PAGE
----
NEW YORK CITY — With the 2016 Olympic and Paralympic Games mere months away, the United States Olympic Committee is pulling out all the stops to spread the Olympic spirit. Team USA’s Road to Rio—a nationwide extravaganza featuring nine stops across the country—touched down last month in New York City’s Times Square. Luminaries including Michelle Obama and UConn head coach Geno Auriemma communed with 85 Olympic and Paralympic hopefuls in joining the countdown to the opening ceremony of the Games of the XXXI Olympiad on August 5 in Rio de Janeiro’s Maracanã Stadium.
On a temporary stage surrounded by the assembled athletes, America’s First Lady spoke of her own connection to the Games.
“I’m here today not just as the First Lady, but as a real, life-long, diehard Olympics fan,” Mrs. Obama said. “To this day, I still remember the excitement I felt as a little girl growing up on the South Side of Chicago when Olympic season rolled around.”
The First Lady expressed admiration for the Team USA athletes who proudly represent their country both abroad and at home.
“The Olympics are also about inspiring young people here at home, to get them active, and to live up to the example that our Olympic and Paralympic athletes have always set,” she said.
Auriemma, winner of 11 NCAA Women’s Basketball championships at UConn and the head coach of USA Women’s National team since 2009, said of the assembled athletes, “This is some of the greatest times in these people’s lives, and they don’t take this opportunity lightly.”
Water polo athletes Courtney Mathewson and Tony Azevedo spoke passionately of their Olympic experience and expectations.
“It was incredible,” said Mathewson, who scored four goals in helping the U.S. women’s water polo team capture gold at the 2012 London Games. “It’s hard to describe, because it was the culmination of everything I’ve been through [for] my entire career.”
One of the most experienced members of a roster that returns only four players from the gold-winning squad, Mathewson, 29, spoke about the favored American squad’s chances of winning consecutive Olympic championships.
“You don’t want to repeat the same thing over again, and if it were the same people that were there in London, we would be trying to recreate the same experience. Here we are with a bunch of new girls trying to carve our own journey.”
One of the biggest challenges for Team USA is replacing heralded goalie Betsey Armstrong—who backstopped the U.S. in London, as well as at the 2008 Beijing Games—with Ashley Johnson, voted 2015 WaterPoloWorld Female Player of the Year.
“Ashley Johnson is incredibly talented,” Mathewson said. “It’s been great to see her develop. I have the utmost confidence in her. She is the best goalkeeper in the world, and we’re very happy she’s on our side.”
The 21-year-old Johnson will be competing in her first Olympics; for Tony Azevedo, captain of the U.S. men’s water polo team, the games in Brazil will be his fifth.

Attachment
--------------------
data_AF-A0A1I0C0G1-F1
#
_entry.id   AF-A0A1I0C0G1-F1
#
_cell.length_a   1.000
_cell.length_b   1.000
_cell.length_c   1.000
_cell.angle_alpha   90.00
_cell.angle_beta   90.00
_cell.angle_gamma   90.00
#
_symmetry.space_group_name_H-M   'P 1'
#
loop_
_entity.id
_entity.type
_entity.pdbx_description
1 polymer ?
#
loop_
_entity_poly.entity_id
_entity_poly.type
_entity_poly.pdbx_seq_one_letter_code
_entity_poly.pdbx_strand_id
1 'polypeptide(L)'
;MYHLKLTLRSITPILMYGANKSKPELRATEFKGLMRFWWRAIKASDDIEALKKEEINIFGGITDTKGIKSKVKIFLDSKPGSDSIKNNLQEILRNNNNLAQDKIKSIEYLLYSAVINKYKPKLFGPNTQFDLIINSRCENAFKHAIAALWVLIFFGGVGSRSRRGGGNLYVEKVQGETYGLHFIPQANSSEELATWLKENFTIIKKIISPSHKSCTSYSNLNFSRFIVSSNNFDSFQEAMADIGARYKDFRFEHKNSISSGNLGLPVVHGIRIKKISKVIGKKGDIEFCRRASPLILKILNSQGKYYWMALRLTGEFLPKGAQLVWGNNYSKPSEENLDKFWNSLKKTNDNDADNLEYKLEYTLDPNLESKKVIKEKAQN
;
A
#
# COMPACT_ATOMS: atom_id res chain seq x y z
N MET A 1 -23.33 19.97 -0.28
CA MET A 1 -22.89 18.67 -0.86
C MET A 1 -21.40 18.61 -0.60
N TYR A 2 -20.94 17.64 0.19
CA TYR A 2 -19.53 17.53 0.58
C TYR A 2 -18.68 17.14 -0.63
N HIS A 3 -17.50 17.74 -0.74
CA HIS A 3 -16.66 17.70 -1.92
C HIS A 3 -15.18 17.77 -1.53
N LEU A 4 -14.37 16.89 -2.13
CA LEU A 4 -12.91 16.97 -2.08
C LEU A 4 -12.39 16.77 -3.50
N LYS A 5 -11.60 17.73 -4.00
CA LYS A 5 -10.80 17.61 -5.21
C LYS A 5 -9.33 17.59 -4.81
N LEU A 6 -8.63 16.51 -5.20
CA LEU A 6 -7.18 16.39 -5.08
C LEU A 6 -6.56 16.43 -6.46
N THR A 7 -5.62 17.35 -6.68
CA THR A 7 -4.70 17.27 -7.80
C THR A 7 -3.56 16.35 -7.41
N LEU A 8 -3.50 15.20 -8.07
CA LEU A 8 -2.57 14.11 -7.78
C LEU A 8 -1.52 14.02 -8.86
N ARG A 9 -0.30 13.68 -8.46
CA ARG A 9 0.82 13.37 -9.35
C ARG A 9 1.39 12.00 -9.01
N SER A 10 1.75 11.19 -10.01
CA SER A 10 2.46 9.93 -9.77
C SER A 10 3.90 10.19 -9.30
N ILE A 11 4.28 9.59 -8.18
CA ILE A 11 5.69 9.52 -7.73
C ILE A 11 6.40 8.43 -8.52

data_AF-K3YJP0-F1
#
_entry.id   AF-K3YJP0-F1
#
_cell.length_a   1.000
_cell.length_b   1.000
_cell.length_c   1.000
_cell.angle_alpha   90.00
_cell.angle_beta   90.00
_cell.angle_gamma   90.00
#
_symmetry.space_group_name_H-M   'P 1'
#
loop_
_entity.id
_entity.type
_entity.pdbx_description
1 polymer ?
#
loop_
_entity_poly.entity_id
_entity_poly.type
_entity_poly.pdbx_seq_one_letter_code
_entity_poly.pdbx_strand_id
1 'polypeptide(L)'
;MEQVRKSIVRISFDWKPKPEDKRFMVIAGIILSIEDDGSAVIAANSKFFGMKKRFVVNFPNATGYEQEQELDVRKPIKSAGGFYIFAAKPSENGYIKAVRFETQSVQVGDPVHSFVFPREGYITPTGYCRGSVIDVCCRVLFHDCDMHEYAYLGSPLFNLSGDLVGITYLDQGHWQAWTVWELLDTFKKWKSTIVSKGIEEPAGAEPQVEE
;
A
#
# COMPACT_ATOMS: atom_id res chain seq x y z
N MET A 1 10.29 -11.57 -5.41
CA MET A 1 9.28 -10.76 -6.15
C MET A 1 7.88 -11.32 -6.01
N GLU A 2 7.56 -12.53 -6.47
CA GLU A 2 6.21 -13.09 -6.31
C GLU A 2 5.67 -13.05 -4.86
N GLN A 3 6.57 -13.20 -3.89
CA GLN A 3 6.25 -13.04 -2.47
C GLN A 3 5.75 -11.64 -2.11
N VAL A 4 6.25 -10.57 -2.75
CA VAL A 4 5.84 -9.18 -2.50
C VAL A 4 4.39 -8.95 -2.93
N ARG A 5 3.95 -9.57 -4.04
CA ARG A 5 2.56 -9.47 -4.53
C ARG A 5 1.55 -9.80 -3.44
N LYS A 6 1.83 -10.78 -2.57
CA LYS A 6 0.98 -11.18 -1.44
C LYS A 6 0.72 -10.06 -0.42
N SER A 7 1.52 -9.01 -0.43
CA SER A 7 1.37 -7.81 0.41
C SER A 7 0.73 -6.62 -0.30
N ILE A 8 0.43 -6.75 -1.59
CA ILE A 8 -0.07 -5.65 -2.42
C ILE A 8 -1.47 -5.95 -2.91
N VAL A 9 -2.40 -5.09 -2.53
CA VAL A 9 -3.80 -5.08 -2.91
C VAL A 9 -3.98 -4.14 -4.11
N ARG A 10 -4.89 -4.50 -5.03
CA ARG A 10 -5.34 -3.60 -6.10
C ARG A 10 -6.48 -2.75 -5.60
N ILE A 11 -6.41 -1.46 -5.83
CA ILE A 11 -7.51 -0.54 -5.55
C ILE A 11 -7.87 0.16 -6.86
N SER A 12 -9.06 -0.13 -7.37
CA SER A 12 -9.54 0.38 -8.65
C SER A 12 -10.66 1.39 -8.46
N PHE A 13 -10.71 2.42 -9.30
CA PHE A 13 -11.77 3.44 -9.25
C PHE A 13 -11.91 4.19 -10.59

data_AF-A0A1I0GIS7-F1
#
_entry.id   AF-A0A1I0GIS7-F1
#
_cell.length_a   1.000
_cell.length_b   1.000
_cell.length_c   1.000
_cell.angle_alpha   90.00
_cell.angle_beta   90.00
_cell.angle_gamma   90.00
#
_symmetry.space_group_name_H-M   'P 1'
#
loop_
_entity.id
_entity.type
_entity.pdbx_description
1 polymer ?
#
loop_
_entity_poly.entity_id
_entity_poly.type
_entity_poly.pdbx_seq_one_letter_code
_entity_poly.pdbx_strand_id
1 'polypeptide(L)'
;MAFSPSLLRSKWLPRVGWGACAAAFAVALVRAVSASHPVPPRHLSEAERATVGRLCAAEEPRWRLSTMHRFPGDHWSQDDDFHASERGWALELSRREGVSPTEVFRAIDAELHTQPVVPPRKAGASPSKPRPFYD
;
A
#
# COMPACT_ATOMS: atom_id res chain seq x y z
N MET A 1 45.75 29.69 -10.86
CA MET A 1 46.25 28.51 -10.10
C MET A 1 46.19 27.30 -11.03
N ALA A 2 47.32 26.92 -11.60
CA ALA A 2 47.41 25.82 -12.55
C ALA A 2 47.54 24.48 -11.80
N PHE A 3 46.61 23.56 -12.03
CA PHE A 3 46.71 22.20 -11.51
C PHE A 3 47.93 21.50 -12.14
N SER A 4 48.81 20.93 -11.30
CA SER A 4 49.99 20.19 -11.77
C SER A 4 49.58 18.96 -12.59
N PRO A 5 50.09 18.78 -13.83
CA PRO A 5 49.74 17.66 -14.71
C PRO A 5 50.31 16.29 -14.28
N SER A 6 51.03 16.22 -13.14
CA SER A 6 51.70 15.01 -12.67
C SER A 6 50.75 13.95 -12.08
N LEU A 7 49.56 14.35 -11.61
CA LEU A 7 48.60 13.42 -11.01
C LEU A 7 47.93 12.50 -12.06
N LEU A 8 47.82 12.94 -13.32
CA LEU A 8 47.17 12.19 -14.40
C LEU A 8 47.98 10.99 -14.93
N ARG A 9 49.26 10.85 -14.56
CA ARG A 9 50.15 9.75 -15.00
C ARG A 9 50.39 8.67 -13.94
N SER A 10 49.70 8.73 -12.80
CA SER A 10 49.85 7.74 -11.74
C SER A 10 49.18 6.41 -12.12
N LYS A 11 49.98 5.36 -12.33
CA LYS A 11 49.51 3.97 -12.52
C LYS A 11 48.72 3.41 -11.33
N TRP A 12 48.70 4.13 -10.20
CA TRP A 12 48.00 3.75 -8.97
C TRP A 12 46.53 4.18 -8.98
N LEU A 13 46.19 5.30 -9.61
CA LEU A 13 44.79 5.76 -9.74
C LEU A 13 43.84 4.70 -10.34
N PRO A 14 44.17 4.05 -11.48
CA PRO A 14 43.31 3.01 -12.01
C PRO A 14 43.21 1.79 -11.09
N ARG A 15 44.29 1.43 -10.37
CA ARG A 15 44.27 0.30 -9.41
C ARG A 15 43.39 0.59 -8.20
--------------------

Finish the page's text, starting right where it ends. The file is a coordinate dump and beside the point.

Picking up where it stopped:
Set to join an exclusive club—only eight other water polo athletes have competed in five or more Games—Azevedo, 36, is arguably one of the greatest players to ever don the stars and stripes. With 65 goals in Olympic play, Olympic appearances in 2000, 2004, 2008 and 2012, a silver medal in ‘08 and the all-time scoring record at the FINA World Championships, Azevedo fully expects to captain his team to success.
“My goal, and what’s kept me going my whole life, is [winning] gold,” he said. “Maybe one day I’ll finish playing and look back on a great experience, but for me it’s always been about winning that gold medal.”
Nicknamed “The Savior,” early in his career, Azevedo—whose team features two high school players as well as Olympic veterans John Mann, Merrill Moses and Jessie Smith—has now become simply “The Legend.”
“To have such difference between the youth and then the veterans—that’s what really makes a great team,” he said. “You can’t have a team of all young guys, and—as you saw with us in London—you can’t have a team of [just] all veterans. [A] mixture of someone like myself, Jessie and Merrill who have been around for a long time can help these guys and guide them.
“There’s always got to be that guy in the middle of the storm that calms [everyone], and I think that’s me.”
In what likely will be an emotional return to Brazil, where he was born and lived briefly before moving to California, Azevedo expects to guide teammates young and old in an exciting, and potentially distracting, environment.
“One of the things I will do when we’re there is to introduce them to Rio, talk about the culture, make it seem more like a home, so that they’re the ones when someone asks a question [who can say]: “I know this.” or ‘This is how the culture works here.’”
If the USA men are to find a way to the winner’s podium this summer, they’ll likely have to beat Serbia, the world’s top side.
“This Olympics there’s only one team that’s proven to be better than everyone else, which is Serbia,” Azevedo said. “Everyone else we’ve beaten, and we’ve beaten them a number of times.”
Specifying that the U.S. has beaten the Serbs the last four times they’ve played, Team USA’s captain added: “We’re going for the gold.”